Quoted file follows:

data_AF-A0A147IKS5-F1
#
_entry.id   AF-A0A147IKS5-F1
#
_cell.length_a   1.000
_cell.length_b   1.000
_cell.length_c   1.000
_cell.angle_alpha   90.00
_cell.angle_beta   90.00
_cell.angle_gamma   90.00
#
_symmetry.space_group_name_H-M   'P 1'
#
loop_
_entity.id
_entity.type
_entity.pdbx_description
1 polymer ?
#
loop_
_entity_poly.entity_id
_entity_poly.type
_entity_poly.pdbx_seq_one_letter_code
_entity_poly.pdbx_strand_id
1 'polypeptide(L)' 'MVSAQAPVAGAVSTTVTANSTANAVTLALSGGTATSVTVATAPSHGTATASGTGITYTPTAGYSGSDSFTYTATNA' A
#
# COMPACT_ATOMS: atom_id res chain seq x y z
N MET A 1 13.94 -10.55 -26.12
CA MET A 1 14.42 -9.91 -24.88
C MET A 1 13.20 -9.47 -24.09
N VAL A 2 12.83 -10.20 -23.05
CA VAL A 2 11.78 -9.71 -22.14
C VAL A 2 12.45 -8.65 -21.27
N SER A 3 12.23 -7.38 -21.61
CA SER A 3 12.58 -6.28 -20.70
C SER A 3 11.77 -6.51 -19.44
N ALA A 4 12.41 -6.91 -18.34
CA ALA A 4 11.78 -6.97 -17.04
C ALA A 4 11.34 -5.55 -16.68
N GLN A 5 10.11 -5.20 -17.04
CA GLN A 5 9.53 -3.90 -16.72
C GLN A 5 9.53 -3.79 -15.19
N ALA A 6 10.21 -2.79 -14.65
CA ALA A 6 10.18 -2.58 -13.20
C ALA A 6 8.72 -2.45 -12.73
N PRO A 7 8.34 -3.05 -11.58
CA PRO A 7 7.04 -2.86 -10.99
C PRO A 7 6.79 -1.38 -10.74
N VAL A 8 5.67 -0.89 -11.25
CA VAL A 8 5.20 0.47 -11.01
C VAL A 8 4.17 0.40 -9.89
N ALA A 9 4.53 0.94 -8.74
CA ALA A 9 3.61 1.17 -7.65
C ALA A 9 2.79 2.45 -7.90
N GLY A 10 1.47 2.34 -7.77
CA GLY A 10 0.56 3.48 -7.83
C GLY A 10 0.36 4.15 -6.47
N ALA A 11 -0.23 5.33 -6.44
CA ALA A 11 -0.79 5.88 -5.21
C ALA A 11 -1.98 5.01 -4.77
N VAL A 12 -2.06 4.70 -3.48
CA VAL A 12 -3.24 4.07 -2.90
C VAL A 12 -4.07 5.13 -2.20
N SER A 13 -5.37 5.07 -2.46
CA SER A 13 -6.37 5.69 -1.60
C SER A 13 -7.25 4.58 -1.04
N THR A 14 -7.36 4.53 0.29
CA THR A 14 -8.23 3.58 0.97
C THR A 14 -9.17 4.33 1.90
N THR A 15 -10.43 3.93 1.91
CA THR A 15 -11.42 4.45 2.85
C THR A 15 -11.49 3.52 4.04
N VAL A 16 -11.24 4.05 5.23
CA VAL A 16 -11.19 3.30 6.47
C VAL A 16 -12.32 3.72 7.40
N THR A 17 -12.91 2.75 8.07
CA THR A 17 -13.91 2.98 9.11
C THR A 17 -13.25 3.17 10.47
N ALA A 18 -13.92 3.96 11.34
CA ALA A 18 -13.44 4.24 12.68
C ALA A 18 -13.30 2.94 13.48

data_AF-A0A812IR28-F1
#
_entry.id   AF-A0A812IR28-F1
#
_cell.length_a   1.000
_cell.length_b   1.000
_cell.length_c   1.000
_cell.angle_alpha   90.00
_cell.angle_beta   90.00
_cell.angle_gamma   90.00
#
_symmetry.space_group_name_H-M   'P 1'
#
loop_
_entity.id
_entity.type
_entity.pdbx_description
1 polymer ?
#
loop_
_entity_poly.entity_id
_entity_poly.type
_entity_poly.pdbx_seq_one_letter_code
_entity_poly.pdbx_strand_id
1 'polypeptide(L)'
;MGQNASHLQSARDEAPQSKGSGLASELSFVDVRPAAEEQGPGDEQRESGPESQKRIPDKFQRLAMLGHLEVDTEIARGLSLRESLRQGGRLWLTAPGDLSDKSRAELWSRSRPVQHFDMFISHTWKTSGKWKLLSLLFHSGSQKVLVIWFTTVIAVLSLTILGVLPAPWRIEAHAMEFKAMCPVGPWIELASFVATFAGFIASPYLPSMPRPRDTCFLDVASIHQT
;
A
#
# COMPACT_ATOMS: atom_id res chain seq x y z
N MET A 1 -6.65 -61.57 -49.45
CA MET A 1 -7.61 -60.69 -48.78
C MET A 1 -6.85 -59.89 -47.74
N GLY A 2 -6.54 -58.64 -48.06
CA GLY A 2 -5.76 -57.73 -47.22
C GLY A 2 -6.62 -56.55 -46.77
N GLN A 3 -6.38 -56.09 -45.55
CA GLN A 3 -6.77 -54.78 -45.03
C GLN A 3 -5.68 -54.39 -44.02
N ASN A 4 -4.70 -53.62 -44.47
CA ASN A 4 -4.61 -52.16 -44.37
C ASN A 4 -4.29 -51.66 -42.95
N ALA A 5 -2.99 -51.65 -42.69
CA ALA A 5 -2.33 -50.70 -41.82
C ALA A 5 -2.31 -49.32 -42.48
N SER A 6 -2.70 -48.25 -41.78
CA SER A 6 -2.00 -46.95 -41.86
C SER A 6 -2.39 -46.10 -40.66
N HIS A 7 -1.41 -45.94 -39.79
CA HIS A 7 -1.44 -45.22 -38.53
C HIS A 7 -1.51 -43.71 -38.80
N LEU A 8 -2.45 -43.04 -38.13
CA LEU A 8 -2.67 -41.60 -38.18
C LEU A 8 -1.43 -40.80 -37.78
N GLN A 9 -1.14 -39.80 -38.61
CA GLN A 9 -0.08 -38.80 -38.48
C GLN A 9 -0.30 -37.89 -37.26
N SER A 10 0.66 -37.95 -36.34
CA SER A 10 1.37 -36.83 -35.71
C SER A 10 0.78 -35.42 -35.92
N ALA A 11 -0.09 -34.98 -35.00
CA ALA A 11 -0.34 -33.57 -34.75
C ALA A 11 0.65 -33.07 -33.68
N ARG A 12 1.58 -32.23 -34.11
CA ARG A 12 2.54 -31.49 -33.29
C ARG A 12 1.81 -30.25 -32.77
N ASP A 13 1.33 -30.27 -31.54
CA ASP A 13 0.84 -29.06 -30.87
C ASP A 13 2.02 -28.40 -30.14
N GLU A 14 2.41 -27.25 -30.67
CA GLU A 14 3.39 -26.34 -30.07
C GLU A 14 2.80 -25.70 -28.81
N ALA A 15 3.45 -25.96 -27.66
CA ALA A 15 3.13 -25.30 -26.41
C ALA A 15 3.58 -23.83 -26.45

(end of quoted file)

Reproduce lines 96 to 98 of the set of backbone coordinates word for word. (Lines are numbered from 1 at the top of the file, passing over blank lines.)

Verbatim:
_entity.id
_entity.type
_entity.pdbx_description